Leica M 28mm lens compendium

Lenses with a focal length of 28 mm are classic tools of photo reportage. They give prominence to a main object that is relatively close to the camera, while still being able to put the central point of interest into the broader background-environment. Moreover, 28mm-wide-angles are often used for in-door photography where they make it possible to capture broad settings in tight spaces without distorting the perspective as much as an ultra-wide angle would do.

It is then not surprising that there are a number of 28mm lens options available for an iconic reportage camera like the Leica M. Leica has produced no fewer than ten different 28mm lenses for the M-bayonet or M39 screw mount (which can be attached to M-cameras via an adapter). One design, the Elmarit-M 1:2.8 / 28 mm, is now in its fifth generation, which makes it the most re-designed optic in the lens producer's history. In addition, 28mm wide-angles for the M-system are offered by other quality manufacturers, notably Carl Zeiss, Konica, and Voigtländer. Hence, the M-shooter has the choice among a rather broad range of options when looking for a lens that provides a 75° diagonal angle of view.

There are more than a dozen 28s for Leica M. Five of these - the Leica Summinlux, Summicron and Elmarit ASPH, the Carl Zeiss Biogon, and the Voigtländer Ultron are current versions, while the remaining lenses have meanwhile been discontinued. Owners of the Leica M5 and CL should note that the first version of the Elmarit-M 28mm can not be mounted on their cameras due to a protruding rear element. Also, some of the older lenses take unusually-sized or Series filters, which can be hard to get nowadays.

Leica 28mm review
Leica M 28mm review summary
Leica M 28mm review summary

In July 2012, photography blogger Ken Rockwell reviewed several 28mm lenses for Leica M. In particular, he tested the Leica Summicron, Leica Elmarit ASPH, Carl Zeiss Biogon, Konica Hexanon, and Voigtländer Ultron. Ken found all of these lenses to be of very high optical and mechanical quality, surpassing most offerings available for (D)SLR. He noted some differences among the lenses, though, which can be summarized as follows.

Ken observed that while the Leica Summicron showed some notable vignetting, the lens is tack sharp throughout the image frame and has no distortion, so that it received his best overall assessment in terms of optical quality. The Carl Zeiss Biogon and the Leica Elmarit ASPH are not far behind, while the Hexanon and Ultron are seen as a bit weaker, for example with respect to corner sharpness. In terms of handling and ergonomics, the Leica Elmarit ASPH received the best review as a very compact, well manufactured wide-angle. Some of the other, larger lenses can obstruct parts of the viewfinder window, which can at times become annoying.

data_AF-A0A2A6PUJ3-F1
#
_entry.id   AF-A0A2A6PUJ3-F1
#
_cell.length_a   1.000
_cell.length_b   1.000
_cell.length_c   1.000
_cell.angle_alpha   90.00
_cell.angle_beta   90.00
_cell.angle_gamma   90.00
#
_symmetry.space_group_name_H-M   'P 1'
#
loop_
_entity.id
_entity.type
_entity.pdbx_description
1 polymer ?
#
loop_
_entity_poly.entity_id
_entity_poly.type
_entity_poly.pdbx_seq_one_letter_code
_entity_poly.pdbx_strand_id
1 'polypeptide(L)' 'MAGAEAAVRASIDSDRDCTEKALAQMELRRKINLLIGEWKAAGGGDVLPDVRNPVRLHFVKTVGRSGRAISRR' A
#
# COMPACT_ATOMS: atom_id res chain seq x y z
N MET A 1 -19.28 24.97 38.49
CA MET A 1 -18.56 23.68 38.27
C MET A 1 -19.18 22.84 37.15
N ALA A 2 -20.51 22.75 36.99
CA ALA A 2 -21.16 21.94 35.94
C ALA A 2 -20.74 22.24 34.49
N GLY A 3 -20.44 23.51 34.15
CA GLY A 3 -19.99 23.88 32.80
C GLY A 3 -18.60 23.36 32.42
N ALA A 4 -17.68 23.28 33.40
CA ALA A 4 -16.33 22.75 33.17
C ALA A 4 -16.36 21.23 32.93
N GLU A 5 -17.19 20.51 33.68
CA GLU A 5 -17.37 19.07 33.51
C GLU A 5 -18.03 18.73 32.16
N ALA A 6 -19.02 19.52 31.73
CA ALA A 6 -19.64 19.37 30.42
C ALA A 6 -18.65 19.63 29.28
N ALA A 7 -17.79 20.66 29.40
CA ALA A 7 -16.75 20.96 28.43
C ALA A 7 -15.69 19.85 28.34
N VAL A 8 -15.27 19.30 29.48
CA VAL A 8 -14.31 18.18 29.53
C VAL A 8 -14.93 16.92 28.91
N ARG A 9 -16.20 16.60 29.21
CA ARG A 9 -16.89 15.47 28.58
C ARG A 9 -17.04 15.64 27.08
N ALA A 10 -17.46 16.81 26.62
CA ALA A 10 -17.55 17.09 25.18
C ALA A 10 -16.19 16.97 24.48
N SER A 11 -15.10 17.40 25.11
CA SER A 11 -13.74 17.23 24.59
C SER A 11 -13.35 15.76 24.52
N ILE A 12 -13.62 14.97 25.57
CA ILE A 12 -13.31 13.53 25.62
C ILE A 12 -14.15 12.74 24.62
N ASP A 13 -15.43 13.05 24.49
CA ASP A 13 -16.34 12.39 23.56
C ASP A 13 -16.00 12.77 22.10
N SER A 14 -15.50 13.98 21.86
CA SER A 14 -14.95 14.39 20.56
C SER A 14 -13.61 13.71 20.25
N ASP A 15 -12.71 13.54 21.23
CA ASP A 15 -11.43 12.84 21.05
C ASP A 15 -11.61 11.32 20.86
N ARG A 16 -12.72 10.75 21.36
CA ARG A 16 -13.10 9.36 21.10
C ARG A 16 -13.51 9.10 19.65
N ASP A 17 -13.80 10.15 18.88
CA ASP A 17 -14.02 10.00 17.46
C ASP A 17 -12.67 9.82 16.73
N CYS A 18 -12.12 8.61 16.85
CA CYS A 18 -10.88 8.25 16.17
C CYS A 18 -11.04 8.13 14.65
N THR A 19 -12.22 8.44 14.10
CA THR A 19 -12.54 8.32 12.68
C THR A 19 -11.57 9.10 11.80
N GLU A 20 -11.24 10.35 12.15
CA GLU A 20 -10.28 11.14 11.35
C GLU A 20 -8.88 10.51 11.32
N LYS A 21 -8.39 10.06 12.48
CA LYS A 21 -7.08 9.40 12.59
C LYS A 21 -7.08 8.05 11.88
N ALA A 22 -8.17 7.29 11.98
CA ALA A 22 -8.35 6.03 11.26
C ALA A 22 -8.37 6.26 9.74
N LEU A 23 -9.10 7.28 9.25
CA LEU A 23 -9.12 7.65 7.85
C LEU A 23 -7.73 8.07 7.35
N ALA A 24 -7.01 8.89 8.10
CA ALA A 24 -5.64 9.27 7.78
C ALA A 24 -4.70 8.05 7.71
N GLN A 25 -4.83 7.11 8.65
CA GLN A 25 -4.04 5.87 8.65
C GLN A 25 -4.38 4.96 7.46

So overall, the Leicas are ahead on technical performance. Yet, the Biogon and Ultron are suitable alternatives and very attractive price-wise, so that they deserve careful consideration. The Hexanon was the only discontinued lens in the sample, and even though it continues to be a very good lens, it failed to shine relative to the other offerings.

Headline specifications of 28mm wide-angle lenses for the Leica M-system
Lens DesignationLens
Carl Zeiss T* Biogon 28mm f/2.8 ZMM2.8 - 228 / 60.50E4637.7 / 51.02202004-today700-1,100check
Konica M-Hexanon 28mm f/2.8M2.8 - 228 / 70.70E4640.1 / 55.42301999-2003800-1,300check
Leica Summilux-M 28mm f/1.4 ASPH M1.4 - 1610 / 70.70E4967.0 / 61.04402015-today5,000-6,000check
Leica Summicron-M 28mm f/2 ASPH M2.0 - 169 / 60.70E4640.8 / 53.02702000-today2,800-3,500check
Leica Elmarit-M 28mm f/2.8 ASPH M2.8 - 228 / 60.70E3930.0 / 52.01802006-today1,800-2,300check
Leica Elmarit-M 28mm f/2.8 (IV) M2.8 - 228 / 70.70E4641.4 / 53.02601992-20061,400-1,800check
Leica Elmarit-M 28mm f/2.8 (III) M2.8 - 228 / 60.70E4948.0 / 53.02501979-19931,100-1,500check
Leica Elmarit-M 28mm f/2.8 (II) M2.8 - 228 / 60.70S7 / E4846.0 / 52.02251972-19801,000-1,300check
Leica Elmarit-M 28mm f/2.8 (I) M2.8 - 229 / 60.70S7 / E4838.0 / 52.02431965-19692,500-3,500check
Leica Tri-Elmar-M 28/35/50mm ASPH f/4 M4.0 - 228 / 61.00E55 / E4967.8 / 55.03401998-20073,300-5,500check
Leitz Summaron 2.8cm f/5.6 M395.6 - 226 / 41.00A3615.0 / 40.01501955-1963800-1,300check
Leitz Hektor 2.8cm f/6.3 M396.3 - 255 / 31.00A3623.0 / 35.01101935-1955600-1,200check
Minolta M-Rokkor 28mm f/2.8M2.8 - 227 / 70.80E40.535.5 / 51.01351980-1984500-900check
Voigtländer Ultron 28mm f/1.9 AsphM391.9 - 229 / 70.70E4648.3 / 55.02612000-2008400-750check
Voigtländer Ultron 28mm f/2 M2.0 - 2210 / 80.70E4651.2 / 55.02442008-today500-800check
Voigtländer Color-Skopar 28mm f/3.5 M393.5 - 227 / 50.70E3925.8 / 49.61632002-2007400-700check

Further Reading

The headline specifications of all M-mount lenses by Leica, Voigtländer and Zeiss are contained in the M lens compendium on this site. You can similarly find information on Leica UV filters and Series filters, in case you are looking to protect the front element of your lens. Moreover, there is a description of the evolution of the Leica M-camera line, as well as a downloadable version of the Leica family tree which used to be on display at the company's headquarters.

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